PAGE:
Dynamic Modeling of Signaling Pathways and Their Interaction with by steepslope9876

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									          Workshop: Deconstructing Biochemical Networks
                                      22–23 September 2007



 Dynamic Modeling of Signaling Pathways and
Their Interaction with Cell Cycle Progression in
                Budding Yeast
                         Edda Klipp
           Max Plank Institute for Molecular Genetics
                  Humboldt University Berlin
                        Ihnestraβe 73
                         14195 Berlin
                           Germany
                    klipp@molgen.mpg.de


                                  Abstract
       Investigation of cellular systems is more and more supported by
   mathematical modelling, such as the description of reaction system dy-
   namics by sets of ordinary differential equations. The structure of the
   equations is based on the network structure, i.e pathways or protein-
   protein interactions, while the parameters are determined from quanti-
   tative experimental measurements. We investigate the stress response
   processes in a model organism, the yeast Saccharomyces cerevisiae.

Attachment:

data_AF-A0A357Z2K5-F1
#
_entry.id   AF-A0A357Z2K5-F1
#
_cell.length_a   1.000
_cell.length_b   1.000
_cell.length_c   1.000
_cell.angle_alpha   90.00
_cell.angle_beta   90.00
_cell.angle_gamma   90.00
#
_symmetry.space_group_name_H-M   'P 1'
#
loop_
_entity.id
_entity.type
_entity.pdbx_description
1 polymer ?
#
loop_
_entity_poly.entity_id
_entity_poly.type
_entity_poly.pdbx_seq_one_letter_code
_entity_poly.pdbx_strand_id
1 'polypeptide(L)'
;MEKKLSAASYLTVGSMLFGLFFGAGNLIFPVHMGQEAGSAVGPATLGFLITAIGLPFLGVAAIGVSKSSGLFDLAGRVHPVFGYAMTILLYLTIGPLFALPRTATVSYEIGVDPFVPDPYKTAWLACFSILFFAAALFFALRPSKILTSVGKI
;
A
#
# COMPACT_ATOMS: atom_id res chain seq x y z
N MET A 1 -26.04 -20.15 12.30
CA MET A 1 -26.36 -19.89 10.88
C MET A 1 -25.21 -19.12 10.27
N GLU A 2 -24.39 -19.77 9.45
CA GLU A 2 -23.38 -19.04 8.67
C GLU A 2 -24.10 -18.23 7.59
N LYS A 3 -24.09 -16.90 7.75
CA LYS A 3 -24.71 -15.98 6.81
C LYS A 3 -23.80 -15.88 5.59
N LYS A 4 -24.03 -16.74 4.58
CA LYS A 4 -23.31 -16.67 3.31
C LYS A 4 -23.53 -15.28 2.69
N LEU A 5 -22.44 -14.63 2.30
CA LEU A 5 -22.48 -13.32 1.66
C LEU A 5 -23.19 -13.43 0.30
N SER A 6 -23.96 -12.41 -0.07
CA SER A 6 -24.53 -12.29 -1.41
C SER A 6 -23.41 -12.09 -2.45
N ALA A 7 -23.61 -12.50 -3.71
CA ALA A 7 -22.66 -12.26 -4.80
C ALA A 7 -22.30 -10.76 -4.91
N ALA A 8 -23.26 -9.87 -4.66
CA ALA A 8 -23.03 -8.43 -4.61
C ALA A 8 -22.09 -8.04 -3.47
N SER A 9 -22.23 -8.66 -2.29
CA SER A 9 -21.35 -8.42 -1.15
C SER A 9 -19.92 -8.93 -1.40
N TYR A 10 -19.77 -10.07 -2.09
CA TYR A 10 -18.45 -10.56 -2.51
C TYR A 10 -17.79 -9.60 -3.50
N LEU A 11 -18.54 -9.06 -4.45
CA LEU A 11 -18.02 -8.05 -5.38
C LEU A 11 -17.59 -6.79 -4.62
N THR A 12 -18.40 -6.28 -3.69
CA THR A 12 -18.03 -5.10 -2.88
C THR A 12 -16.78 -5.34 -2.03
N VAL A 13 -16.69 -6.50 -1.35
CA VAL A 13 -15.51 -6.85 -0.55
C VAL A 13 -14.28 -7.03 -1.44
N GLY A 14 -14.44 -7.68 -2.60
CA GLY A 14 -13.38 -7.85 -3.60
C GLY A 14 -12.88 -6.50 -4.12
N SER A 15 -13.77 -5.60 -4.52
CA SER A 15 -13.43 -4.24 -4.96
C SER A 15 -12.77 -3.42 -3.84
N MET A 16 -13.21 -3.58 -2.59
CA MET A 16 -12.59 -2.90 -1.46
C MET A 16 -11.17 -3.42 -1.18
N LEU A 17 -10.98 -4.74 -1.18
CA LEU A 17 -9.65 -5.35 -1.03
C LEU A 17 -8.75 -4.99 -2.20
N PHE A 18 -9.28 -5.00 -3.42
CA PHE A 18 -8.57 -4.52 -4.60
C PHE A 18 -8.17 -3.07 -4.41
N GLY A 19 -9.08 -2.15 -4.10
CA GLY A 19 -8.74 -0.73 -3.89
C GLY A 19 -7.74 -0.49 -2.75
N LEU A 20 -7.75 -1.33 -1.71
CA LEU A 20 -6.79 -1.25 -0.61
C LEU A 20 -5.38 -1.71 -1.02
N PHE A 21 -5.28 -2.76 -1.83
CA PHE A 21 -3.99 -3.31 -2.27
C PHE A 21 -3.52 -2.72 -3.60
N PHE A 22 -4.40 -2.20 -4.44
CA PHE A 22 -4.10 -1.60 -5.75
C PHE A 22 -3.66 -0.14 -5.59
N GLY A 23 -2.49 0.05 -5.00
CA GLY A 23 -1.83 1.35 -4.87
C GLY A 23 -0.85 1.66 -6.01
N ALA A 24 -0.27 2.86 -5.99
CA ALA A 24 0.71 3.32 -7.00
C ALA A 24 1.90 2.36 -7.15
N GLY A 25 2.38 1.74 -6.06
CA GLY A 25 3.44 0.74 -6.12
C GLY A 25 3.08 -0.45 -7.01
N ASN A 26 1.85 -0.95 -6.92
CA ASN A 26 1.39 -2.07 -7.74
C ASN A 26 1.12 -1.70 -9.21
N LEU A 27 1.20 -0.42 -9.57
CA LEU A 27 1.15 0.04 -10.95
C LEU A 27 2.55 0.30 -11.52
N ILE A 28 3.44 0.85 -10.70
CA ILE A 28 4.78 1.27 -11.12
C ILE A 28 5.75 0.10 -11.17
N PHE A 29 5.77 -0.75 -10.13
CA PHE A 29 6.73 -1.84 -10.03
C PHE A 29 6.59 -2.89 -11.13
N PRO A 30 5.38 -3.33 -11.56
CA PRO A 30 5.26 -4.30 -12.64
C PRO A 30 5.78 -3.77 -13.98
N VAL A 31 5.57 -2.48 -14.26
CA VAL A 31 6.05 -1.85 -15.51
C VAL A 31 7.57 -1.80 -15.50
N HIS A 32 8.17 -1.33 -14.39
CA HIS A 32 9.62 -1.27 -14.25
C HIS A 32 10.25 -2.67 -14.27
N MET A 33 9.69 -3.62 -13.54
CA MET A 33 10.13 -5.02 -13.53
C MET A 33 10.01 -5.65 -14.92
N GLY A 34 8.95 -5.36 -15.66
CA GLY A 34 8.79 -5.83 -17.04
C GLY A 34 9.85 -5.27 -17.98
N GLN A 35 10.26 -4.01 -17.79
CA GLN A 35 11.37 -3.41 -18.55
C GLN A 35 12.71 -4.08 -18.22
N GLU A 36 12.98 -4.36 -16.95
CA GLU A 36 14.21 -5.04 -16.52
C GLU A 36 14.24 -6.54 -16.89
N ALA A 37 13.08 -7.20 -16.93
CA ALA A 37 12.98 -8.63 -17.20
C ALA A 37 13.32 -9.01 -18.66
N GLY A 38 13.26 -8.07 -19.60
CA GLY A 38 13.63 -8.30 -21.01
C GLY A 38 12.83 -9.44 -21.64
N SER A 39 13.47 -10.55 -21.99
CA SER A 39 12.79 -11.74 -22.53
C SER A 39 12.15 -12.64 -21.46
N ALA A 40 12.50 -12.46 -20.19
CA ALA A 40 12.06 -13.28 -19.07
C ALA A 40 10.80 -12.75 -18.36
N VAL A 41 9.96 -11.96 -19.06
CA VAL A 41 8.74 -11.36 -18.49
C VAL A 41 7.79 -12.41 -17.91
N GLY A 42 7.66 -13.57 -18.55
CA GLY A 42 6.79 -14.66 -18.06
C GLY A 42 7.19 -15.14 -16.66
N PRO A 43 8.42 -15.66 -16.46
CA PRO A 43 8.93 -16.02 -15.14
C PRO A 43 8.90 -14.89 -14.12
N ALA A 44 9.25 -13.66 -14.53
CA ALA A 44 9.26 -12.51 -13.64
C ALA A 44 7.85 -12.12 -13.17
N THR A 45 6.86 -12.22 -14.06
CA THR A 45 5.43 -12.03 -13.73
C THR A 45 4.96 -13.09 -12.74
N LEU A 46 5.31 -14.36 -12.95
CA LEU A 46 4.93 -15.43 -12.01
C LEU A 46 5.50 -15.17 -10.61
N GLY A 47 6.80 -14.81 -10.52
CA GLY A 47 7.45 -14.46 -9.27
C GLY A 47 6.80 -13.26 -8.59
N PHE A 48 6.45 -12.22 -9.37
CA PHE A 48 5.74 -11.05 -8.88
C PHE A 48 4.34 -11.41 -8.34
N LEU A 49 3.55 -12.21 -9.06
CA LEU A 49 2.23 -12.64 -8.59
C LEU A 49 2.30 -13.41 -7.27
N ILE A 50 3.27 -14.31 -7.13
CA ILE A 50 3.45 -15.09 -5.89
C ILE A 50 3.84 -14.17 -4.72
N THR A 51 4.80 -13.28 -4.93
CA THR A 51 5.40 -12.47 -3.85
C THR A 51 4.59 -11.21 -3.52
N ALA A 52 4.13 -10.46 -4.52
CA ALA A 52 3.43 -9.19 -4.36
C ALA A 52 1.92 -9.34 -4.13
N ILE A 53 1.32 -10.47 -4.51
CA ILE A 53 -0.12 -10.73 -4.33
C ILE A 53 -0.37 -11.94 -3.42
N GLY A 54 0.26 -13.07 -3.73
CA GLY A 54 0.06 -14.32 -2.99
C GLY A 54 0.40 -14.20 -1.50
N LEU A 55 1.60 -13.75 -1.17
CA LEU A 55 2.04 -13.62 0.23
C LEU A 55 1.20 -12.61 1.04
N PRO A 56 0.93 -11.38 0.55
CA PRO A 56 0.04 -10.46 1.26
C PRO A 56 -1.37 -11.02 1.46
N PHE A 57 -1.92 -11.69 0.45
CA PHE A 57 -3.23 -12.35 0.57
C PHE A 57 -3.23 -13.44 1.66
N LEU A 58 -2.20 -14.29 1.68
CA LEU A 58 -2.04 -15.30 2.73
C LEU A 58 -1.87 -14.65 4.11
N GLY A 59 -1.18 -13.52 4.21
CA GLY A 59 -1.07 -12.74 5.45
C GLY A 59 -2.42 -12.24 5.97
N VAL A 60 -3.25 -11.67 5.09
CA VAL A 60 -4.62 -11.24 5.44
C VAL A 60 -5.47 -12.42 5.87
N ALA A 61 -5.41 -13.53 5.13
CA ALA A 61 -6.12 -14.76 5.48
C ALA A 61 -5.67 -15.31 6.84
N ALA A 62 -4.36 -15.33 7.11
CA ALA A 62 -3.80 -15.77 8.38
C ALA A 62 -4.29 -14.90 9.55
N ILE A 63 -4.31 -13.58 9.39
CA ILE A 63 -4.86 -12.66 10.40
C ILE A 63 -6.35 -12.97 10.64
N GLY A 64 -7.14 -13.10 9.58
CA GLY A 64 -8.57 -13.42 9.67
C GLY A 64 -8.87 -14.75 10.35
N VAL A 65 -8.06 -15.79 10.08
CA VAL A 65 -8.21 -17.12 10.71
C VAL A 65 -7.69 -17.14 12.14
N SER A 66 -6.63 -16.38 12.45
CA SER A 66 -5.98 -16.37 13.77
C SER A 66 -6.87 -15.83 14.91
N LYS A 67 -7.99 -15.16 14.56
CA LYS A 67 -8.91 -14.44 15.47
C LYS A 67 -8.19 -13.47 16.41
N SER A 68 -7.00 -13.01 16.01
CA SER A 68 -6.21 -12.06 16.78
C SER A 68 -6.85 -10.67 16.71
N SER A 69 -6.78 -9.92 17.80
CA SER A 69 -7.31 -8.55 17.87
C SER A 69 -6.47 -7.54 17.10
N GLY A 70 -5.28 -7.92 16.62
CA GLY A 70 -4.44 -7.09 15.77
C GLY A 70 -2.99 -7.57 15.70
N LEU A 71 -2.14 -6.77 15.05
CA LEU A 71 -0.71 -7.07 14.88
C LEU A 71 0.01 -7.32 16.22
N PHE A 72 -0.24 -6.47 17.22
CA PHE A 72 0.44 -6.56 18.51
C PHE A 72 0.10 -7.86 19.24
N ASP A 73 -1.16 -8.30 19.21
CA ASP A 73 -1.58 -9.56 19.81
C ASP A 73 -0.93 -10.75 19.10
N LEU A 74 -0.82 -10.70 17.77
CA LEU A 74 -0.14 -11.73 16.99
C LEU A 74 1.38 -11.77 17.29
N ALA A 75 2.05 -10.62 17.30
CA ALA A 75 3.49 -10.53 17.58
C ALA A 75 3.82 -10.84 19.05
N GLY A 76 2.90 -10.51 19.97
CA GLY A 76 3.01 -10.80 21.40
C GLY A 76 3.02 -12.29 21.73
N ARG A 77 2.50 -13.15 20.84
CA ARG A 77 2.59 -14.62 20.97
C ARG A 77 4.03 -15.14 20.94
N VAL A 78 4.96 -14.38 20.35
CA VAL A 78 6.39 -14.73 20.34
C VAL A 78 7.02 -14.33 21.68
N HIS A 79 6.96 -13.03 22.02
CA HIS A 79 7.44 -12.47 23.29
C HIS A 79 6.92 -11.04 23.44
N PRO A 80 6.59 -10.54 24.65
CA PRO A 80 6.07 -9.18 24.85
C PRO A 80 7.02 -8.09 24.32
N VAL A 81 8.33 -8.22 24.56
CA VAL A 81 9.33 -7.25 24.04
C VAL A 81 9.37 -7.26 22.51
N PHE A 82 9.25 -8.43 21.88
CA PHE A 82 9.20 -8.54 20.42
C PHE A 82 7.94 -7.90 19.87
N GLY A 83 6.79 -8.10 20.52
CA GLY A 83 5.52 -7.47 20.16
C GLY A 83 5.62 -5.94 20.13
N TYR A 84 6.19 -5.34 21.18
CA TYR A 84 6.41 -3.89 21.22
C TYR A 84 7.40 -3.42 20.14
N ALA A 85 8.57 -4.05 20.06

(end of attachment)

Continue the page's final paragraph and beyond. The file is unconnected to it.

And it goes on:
The adaptation of cells to environmental changes like nutrient sup-
   ply or pheromone stimulation is mediated by signalling pathways that
   eventually adjust the expression o many genes, which in turn regu-
   late metabolism or cell cycle progression in order to compensate for or
   adapt to the external stimuli. We specifically investigate the response
   of yeast cells to osmotic stress [1] and its implications on cell cycle
   [2] as well as on energy metabolism. To test model predictions, we
   consider different stress conditions and experimental scenarios. The
   analysis shows that mathematical model can be helpful to formulate
   experimental knowledge in a testable form, to explain hitherto unsolved
   phenomena and to predict the outcome of new experiments.
       References
       [1] E. Klipp et al., Minimum information requested in the annota-
   tion of biochemical models (MIRIAM), Nat. Biotechnol. 23 (2005),
   1509–1515.
       [2] M. Barberis et al., PLoS Comp. Biol., 2007.

								
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